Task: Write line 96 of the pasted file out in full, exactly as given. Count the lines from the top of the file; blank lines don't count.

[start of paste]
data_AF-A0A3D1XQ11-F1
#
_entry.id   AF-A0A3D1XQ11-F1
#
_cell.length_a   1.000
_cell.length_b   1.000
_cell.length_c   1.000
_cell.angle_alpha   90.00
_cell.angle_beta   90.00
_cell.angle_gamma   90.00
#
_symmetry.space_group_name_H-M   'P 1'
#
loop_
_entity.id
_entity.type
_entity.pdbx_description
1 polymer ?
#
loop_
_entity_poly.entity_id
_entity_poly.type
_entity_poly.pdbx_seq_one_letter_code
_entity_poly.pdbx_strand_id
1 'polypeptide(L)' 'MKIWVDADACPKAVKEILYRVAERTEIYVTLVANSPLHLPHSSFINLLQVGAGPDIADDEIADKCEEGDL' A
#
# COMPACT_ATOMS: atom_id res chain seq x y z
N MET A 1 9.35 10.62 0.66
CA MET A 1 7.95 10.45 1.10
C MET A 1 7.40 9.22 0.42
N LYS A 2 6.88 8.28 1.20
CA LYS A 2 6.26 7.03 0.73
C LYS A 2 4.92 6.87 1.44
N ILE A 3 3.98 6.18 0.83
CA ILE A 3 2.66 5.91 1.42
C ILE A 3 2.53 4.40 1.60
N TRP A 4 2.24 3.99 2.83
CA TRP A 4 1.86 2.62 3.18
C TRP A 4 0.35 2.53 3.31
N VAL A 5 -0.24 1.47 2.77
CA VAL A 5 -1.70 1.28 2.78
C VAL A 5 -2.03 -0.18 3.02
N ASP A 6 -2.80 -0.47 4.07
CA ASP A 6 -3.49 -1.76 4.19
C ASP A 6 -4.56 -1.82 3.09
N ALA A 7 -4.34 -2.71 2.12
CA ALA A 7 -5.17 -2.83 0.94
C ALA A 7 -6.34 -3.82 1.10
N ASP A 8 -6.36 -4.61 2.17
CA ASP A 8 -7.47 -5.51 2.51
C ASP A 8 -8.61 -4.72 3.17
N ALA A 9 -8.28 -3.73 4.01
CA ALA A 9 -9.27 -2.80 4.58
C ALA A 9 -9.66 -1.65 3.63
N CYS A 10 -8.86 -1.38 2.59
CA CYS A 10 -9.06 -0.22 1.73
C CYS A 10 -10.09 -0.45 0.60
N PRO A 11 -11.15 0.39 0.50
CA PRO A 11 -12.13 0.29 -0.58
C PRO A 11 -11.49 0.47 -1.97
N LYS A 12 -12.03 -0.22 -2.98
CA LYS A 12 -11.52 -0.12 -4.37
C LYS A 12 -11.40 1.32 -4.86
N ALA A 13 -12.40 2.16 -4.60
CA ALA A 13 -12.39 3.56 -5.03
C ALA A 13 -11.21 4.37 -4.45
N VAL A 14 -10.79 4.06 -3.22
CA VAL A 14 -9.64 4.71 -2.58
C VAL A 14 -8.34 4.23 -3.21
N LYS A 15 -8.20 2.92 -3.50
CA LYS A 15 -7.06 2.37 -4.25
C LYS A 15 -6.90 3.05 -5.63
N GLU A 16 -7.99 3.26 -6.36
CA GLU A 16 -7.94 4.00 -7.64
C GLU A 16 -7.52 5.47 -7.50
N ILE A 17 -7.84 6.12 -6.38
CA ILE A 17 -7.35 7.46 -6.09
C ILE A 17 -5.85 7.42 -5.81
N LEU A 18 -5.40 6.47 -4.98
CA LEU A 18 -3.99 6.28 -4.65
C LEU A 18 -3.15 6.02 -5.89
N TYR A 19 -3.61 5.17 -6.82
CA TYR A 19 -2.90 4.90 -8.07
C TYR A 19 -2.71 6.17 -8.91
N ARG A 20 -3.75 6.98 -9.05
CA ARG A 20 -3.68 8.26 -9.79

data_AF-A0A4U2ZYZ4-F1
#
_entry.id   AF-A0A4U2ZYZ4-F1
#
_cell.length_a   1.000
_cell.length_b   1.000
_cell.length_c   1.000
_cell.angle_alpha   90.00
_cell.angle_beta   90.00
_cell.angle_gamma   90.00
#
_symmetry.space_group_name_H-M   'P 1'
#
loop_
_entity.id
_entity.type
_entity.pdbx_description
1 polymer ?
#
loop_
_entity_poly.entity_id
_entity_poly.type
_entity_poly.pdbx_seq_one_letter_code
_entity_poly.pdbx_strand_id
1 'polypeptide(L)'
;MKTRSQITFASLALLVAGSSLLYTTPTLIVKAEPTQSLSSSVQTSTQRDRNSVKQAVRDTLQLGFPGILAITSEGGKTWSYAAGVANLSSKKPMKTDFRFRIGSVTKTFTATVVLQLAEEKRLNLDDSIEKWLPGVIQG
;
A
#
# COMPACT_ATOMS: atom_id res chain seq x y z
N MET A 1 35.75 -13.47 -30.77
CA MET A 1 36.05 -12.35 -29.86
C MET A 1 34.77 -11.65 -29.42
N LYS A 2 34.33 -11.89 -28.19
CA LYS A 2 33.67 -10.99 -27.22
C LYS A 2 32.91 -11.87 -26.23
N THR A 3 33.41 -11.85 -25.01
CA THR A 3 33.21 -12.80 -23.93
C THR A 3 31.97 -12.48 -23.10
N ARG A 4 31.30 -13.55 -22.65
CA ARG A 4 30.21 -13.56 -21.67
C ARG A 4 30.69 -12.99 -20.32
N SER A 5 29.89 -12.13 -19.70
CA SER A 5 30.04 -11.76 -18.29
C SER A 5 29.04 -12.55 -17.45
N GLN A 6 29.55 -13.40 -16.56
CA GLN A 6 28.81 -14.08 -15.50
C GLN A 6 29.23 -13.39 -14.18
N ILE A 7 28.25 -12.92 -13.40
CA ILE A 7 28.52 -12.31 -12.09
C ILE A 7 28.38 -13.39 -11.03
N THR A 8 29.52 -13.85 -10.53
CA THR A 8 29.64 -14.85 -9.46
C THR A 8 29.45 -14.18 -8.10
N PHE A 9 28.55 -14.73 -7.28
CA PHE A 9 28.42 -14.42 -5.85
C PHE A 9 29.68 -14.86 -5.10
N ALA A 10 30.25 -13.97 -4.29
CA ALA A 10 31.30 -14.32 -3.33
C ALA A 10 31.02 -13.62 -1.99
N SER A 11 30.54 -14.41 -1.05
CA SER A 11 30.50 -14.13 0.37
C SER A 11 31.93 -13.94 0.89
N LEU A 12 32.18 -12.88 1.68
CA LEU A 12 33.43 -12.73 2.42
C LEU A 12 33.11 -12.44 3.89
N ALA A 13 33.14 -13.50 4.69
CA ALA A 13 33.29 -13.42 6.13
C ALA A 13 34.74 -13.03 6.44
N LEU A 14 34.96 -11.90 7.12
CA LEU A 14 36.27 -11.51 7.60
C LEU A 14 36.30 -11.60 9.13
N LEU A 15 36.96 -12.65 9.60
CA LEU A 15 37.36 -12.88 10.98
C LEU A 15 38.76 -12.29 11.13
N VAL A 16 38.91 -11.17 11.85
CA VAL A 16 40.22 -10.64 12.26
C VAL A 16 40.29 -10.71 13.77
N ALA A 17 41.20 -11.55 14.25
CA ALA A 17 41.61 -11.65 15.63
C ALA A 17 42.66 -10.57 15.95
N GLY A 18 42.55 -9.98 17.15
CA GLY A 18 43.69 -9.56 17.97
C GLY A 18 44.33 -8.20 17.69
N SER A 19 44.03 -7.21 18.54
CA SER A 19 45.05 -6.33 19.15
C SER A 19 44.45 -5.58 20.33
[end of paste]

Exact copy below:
_cell.angle_gamma   90.00